Trump, Clinton, and the failures of election forecasting

By | November 13, 2016

Election season has come and gone. Donald Trump pulled off what has been repeatedly characterized as a “stunning upset” over Hillary Clinton. The web has reacted with intense postmortem analysis about the failures of election polling and forecasting. But was it really that surprising?

Several polls conducted in the lead up to the election reported on a virtually deadlocked race, all within any reasonable margin of error:

Quinnipiac University reported on the situation in key battleground states (Nov 2)

Democrat Hillary Clinton’s October momentum comes to a halt as she clings to a small lead in Pennsylvania, while Republican Donald Trump moves ahead in Ohio, leaving Florida and North Carolina too close to call.

Probability forecast models on the other hand were systematically off-mark and predicted Clinton far ahead just the night before the election:

  • New York Times Upshot: Clinton 84%, Trump 16%
  • FiveThirtyEight: Clinton 66.9%, Trump 33%
  • PredictWise: Clinton 89%, Trump 11%

During the final rallies held by both candidates the night before election day, each candidate expressed positive sentiment about their chances of winning. Here is a revealing segment from Trump’s penultimate rally in New Hampshire (8pm on Nov 7):

We are going right after this to Michigan, because Michigan is in play… The polls just came out: we are leading in Michigan; we are leading in New Hampshire; we are leading in Ohio; we are leading in Iowa; leading in North Carolina; I think we are doing really, really well in Pennsylvania; and I do believe we are leading in Florida.

In the meantime, according to the New York Times:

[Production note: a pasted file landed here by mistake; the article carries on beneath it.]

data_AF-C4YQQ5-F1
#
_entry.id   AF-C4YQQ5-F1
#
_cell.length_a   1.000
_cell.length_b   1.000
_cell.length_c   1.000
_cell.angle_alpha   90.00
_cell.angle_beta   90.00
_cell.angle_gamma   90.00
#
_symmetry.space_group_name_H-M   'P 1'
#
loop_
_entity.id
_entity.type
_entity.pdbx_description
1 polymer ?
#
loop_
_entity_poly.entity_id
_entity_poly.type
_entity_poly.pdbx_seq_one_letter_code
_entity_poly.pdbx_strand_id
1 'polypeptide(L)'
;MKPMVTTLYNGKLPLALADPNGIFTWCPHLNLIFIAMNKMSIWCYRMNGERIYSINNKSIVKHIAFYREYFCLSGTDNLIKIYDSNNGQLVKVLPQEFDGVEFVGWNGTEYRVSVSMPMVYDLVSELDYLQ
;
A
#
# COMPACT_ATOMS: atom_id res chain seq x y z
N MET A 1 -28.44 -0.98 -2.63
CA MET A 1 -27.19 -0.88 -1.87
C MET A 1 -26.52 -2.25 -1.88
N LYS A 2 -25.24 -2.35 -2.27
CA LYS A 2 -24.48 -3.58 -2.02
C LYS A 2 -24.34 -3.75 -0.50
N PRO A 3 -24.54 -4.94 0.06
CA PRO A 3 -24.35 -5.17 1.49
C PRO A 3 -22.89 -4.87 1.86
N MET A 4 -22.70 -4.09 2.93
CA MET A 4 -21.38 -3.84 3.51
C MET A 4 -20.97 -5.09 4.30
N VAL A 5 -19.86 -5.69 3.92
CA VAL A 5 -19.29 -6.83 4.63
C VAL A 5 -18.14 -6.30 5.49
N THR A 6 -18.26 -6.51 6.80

Mrs. Clinton’s campaign was so confident in her victory that her aides popped open Champagne on the campaign plane early Tuesday.

Either way, each candidate and their popular base was clearly happy to live in their own reality right down to the wire. Some personal takeaways:

  • The law of total variance for polling. Uncertainty about polling metrics is best understood not by not only assessing variance within a single poll or averaging multiple polls, but studying the variance across multiple polls.

  • Forecasting is a complex empirical problem. Formal statistical methods are unable to accurately quantifying uncertainty around the non-statistical and psychological effects that ultimately influence a “swing” voter’s decision at the ballot box.

  • A common reaction to the election was for people disappointed with the outcome to blame journalists or cancel their newspaper subscriptions. Well-informed voters should not derive their information solely from a few sources on social or national news media. They are better off surveying competing analyses and projections from across the spectrum, independently of their political views.

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